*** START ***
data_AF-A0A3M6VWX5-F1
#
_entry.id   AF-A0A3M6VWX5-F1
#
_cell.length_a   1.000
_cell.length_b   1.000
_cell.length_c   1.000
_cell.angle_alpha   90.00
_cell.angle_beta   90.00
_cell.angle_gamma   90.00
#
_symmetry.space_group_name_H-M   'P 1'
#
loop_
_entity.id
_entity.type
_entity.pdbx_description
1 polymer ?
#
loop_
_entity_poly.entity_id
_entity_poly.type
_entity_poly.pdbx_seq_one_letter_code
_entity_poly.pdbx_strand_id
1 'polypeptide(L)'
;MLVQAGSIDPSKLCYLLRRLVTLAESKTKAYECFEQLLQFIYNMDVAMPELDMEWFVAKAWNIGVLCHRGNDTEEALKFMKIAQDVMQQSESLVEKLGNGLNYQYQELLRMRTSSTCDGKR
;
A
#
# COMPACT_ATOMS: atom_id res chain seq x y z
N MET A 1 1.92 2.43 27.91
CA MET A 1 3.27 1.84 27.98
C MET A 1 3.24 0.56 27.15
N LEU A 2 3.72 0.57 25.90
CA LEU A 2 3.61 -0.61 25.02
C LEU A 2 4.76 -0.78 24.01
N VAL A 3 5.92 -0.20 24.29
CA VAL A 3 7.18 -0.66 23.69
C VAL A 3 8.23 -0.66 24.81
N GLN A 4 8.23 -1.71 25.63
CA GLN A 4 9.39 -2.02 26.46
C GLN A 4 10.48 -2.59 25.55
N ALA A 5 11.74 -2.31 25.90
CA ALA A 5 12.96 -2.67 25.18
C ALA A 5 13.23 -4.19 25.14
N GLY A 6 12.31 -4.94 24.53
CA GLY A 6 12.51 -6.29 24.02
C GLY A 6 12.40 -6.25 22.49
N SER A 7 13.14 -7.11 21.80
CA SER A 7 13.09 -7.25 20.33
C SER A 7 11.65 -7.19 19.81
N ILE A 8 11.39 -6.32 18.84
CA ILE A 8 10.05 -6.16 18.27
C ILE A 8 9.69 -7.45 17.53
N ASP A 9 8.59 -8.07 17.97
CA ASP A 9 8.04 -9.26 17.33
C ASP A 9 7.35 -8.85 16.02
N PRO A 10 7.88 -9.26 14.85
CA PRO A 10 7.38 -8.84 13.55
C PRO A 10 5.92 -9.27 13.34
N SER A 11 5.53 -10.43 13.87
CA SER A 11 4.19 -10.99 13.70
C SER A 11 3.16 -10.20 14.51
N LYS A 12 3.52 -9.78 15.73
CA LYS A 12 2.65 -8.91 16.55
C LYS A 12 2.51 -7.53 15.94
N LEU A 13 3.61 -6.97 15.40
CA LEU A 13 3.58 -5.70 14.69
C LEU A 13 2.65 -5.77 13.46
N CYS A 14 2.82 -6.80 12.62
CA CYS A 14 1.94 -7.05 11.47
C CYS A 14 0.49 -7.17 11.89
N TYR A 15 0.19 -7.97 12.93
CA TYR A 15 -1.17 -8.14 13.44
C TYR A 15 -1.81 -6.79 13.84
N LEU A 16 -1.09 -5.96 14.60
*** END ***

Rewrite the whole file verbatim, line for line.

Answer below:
data_AF-A0A3M6VWX5-F1
#
_entry.id   AF-A0A3M6VWX5-F1
#
_cell.length_a   1.000
_cell.length_b   1.000
_cell.length_c   1.000
_cell.angle_alpha   90.00
_cell.angle_beta   90.00
_cell.angle_gamma   90.00
#
_symmetry.space_group_name_H-M   'P 1'
#
loop_
_entity.id
_entity.type
_entity.pdbx_description
1 polymer ?
#
loop_
_entity_poly.entity_id
_entity_poly.type
_entity_poly.pdbx_seq_one_letter_code
_entity_poly.pdbx_strand_id
1 'polypeptide(L)'
;MLVQAGSIDPSKLCYLLRRLVTLAESKTKAYECFEQLLQFIYNMDVAMPELDMEWFVAKAWNIGVLCHRGNDTEEALKFMKIAQDVMQQSESLVEKLGNGLNYQYQELLRMRTSSTCDGKR
;
A
#
# COMPACT_ATOMS: atom_id res chain seq x y z
N MET A 1 1.92 2.43 27.91
CA MET A 1 3.27 1.84 27.98
C MET A 1 3.24 0.56 27.15
N LEU A 2 3.72 0.57 25.90
CA LEU A 2 3.61 -0.61 25.02
C LEU A 2 4.76 -0.78 24.01
N VAL A 3 5.92 -0.20 24.29
CA VAL A 3 7.18 -0.66 23.69
C VAL A 3 8.23 -0.66 24.81
N GLN A 4 8.23 -1.71 25.63
CA GLN A 4 9.39 -2.02 26.46
C GLN A 4 10.48 -2.59 25.55
N ALA A 5 11.74 -2.31 25.90
CA ALA A 5 12.96 -2.67 25.18
C ALA A 5 13.23 -4.19 25.14
N GLY A 6 12.31 -4.94 24.53
CA GLY A 6 12.51 -6.29 24.02
C GLY A 6 12.40 -6.25 22.49
N SER A 7 13.14 -7.11 21.80
CA SER A 7 13.09 -7.25 20.33
C SER A 7 11.65 -7.19 19.81
N ILE A 8 11.39 -6.32 18.84
CA ILE A 8 10.05 -6.16 18.27
C ILE A 8 9.69 -7.45 17.53
N ASP A 9 8.59 -8.07 17.97
CA ASP A 9 8.04 -9.26 17.33
C ASP A 9 7.35 -8.85 16.02
N PRO A 10 7.88 -9.26 14.85
CA PRO A 10 7.38 -8.84 13.55
C PRO A 10 5.92 -9.27 13.34
N SER A 11 5.53 -10.43 13.87
CA SER A 11 4.19 -10.99 13.70
C SER A 11 3.16 -10.20 14.51
N LYS A 12 3.52 -9.78 15.73
CA LYS A 12 2.65 -8.91 16.55
C LYS A 12 2.51 -7.53 15.94
N LEU A 13 3.61 -6.97 15.40
CA LEU A 13 3.58 -5.70 14.69
C LEU A 13 2.65 -5.77 13.46
N CYS A 14 2.82 -6.80 12.62
CA CYS A 14 1.94 -7.05 11.47
C CYS A 14 0.49 -7.17 11.89
N TYR A 15 0.19 -7.97 12.93
CA TYR A 15 -1.17 -8.14 13.44
C TYR A 15 -1.81 -6.79 13.84
N LEU A 16 -1.09 -5.96 14.60